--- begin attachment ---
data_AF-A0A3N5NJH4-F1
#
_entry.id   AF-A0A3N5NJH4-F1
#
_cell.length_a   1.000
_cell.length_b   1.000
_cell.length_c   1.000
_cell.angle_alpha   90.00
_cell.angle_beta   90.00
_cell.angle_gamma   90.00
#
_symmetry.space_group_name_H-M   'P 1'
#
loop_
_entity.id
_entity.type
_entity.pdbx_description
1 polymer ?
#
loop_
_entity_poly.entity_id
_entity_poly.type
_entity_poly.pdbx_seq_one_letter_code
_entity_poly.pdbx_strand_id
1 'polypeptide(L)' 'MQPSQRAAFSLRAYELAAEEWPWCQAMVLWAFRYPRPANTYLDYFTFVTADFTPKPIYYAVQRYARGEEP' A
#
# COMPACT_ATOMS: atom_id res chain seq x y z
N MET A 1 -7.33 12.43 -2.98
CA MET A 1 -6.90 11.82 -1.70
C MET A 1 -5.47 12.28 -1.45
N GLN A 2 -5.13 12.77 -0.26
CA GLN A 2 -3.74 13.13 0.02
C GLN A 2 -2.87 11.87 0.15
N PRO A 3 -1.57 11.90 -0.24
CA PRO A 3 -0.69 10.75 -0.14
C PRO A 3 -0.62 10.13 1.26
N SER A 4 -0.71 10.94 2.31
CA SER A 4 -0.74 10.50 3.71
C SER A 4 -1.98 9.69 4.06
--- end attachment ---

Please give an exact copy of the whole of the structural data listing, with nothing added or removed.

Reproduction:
data_AF-A0A3N5NJH4-F1
#
_entry.id   AF-A0A3N5NJH4-F1
#
_cell.length_a   1.000
_cell.length_b   1.000
_cell.length_c   1.000
_cell.angle_alpha   90.00
_cell.angle_beta   90.00
_cell.angle_gamma   90.00
#
_symmetry.space_group_name_H-M   'P 1'
#
loop_
_entity.id
_entity.type
_entity.pdbx_description
1 polymer ?
#
loop_
_entity_poly.entity_id
_entity_poly.type
_entity_poly.pdbx_seq_one_letter_code
_entity_poly.pdbx_strand_id
1 'polypeptide(L)' 'MQPSQRAAFSLRAYELAAEEWPWCQAMVLWAFRYPRPANTYLDYFTFVTADFTPKPIYYAVQRYARGEEP' A
#
# COMPACT_ATOMS: atom_id res chain seq x y z
N MET A 1 -7.33 12.43 -2.98
CA MET A 1 -6.90 11.82 -1.70
C MET A 1 -5.47 12.28 -1.45
N GLN A 2 -5.13 12.77 -0.26
CA GLN A 2 -3.74 13.13 0.02
C GLN A 2 -2.87 11.87 0.15
N PRO A 3 -1.57 11.90 -0.24
CA PRO A 3 -0.69 10.75 -0.14
C PRO A 3 -0.62 10.13 1.26
N SER A 4 -0.71 10.94 2.31
CA SER A 4 -0.74 10.50 3.71
C SER A 4 -1.98 9.69 4.06